Start a band3 (1)Welcome back to Start a Band, our two-part series on Lou Reed and the Velvet Underground, focusing on what the band’s sonic provocations mean for sound studies today. Last week, we heard from Jake Smith, who introduced us to a way of thinking about the Velvets that emphasized the “haptic” qualities that emerge so often while listening to them. Following that idea, Smith took us on a kind of journey from the skin to the musculature and the viscera through a deep analysis of key songs in their catalog — “This is your body on the Velvet Underground.”

This week, we’re delighted to welcome to Sounding Out! a writer whose work we’ve been eager to feature for a long while — Tim AndersonAssociate Professor of Communication and Theatre Arts at Old Dominion University. Tim has written extensively on popular music and sound, and is currently a leader of the Sound Studies Scholarly Interest Group at the Society for Cinema and Media Studies, one of the scholarly groups associated with the SO! Thursday stream. It’s such a pleasure to present this sensitive and personal account of the Velvet Underground — and of learning to listen.

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Lou Reed and Andy Warhol as the respective definers of audible  and visual cool for misfits and undergroundlings for the last five decades.

Lou Reed and Andy Warhol as the respective definers of audible and visual cool for misfits and undergroundlings for the last five decades.

Reports of Lou Reed’s death came on a Sunday. Even though he was 71, it was still a shock. To many present-day friends and colleagues Reed’s  Velvet Underground are a band that they understand are important, but just don’t get. In the case of an artist like Lou Reed, an artist who never had a top ten charting single and only two gold albums, you could see their point.

Still, I obsessed. Rattled from my travels in Washington, DC, I called my wife and we talked about his music for about an hour or so, after which I took a long walk to the Washington Mall. It was a sunny fall day, October 27, 2013, and I walked past the Smithsonian with its prominent memorials, such a clean space for so much past, some of which the nation has buried and  some of which we don’t even bother to think about. The deceased have always done the most important work in our nation’s capital.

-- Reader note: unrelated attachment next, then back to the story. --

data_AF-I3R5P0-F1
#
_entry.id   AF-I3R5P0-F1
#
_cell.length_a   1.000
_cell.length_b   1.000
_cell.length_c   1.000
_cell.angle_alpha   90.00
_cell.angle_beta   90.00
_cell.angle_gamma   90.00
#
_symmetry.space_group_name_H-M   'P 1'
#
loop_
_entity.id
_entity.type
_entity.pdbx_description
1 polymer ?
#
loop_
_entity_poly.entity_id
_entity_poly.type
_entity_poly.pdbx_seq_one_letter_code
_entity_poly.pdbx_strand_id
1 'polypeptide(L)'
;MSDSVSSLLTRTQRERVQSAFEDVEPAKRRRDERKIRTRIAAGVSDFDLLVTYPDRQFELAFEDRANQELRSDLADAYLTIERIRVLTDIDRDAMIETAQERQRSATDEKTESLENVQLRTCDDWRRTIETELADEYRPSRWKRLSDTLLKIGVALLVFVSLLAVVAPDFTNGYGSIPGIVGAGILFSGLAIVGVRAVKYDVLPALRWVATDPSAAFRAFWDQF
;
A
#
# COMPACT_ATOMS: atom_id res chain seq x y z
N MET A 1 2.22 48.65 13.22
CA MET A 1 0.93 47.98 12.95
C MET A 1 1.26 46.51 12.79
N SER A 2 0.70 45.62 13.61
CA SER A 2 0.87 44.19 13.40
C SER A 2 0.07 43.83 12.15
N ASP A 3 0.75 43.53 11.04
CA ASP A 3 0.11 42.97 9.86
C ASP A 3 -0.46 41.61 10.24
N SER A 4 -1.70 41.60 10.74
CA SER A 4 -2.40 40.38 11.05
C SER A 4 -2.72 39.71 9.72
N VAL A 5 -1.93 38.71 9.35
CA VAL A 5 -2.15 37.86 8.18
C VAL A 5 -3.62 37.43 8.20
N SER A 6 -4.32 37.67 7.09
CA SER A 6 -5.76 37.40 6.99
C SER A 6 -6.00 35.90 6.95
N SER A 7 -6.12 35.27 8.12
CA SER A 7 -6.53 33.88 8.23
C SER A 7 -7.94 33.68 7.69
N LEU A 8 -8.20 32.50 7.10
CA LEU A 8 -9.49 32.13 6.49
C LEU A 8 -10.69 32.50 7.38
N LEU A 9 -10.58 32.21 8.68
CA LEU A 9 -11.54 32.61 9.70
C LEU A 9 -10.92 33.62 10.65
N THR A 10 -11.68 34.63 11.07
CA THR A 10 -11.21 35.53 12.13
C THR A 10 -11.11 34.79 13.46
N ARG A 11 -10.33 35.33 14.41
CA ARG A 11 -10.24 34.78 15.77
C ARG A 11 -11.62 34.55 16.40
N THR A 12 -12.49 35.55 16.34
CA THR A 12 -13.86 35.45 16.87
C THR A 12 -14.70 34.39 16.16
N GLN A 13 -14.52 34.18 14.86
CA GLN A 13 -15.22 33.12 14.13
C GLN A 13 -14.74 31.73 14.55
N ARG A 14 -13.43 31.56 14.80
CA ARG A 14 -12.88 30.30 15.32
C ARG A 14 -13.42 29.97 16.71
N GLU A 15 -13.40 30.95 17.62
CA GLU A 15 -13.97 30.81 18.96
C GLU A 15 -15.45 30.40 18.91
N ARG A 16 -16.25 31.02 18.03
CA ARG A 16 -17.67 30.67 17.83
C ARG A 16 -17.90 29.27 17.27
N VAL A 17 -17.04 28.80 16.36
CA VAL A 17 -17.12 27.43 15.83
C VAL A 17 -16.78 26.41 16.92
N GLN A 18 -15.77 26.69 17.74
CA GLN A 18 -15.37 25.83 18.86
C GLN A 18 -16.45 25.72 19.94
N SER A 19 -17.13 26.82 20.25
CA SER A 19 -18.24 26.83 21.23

The day after,  I really don’t remember doing much. I took a train home, read everything I could online about Reed, and thought a lot about his records. The ones I liked —New York and The Blue Mask—the ones I learned to like —it took me years to enjoy Transformer—and the ones I loved —The Velvet Underground and NicoWhite Light, White HeatThe Velvet Underground and VU. Those four records, more than any records I can remember, altered me, many of my friends in my teens and in college, and almost every rock musician I admired in the 1980s. Velvet Underground records were simply foundational. Writing about Reed’s death, rock critic Greg Kot summed up the Velvet’s influence by claiming that they were “as influential as The Beatles” and if you named “just about any left-of-centre band or artist since the ‘70s”, some of whom like R.E.M., U2 and Talking Heads “became mainstream giants”all of them would “acknowledge a deep debt to the Velvet Underground.”

This influence is the reason that the collective mourning of such a marginally popular figure swelled to such a crescendo. However, to paraphrase the words of one of Reed’s most storied rivals, Lester Bangs, on the death of John Lennon, this was not the mourning of a person. Most of us never met Lou Reed. Instead, we were mourning ourselves. To lose Lou Reed was tantamount to losing the author of a proverbial urtext of a kind of secret rock language that has been passed down since the late 1960s on how to be cool. It was a language of composed of style, gestures, and reactions. It was one that was filled with a fun that was not of the obligatory “hey-dude-let’s-party!” party. The Velvet’s overdriven guitars repeatedly underscored that teenage kicks included other aesthetic pleasures such as contemplation and melancholy.  Most importantly, the Velvet Underground offered a language of listening passed down from one rock underground to another.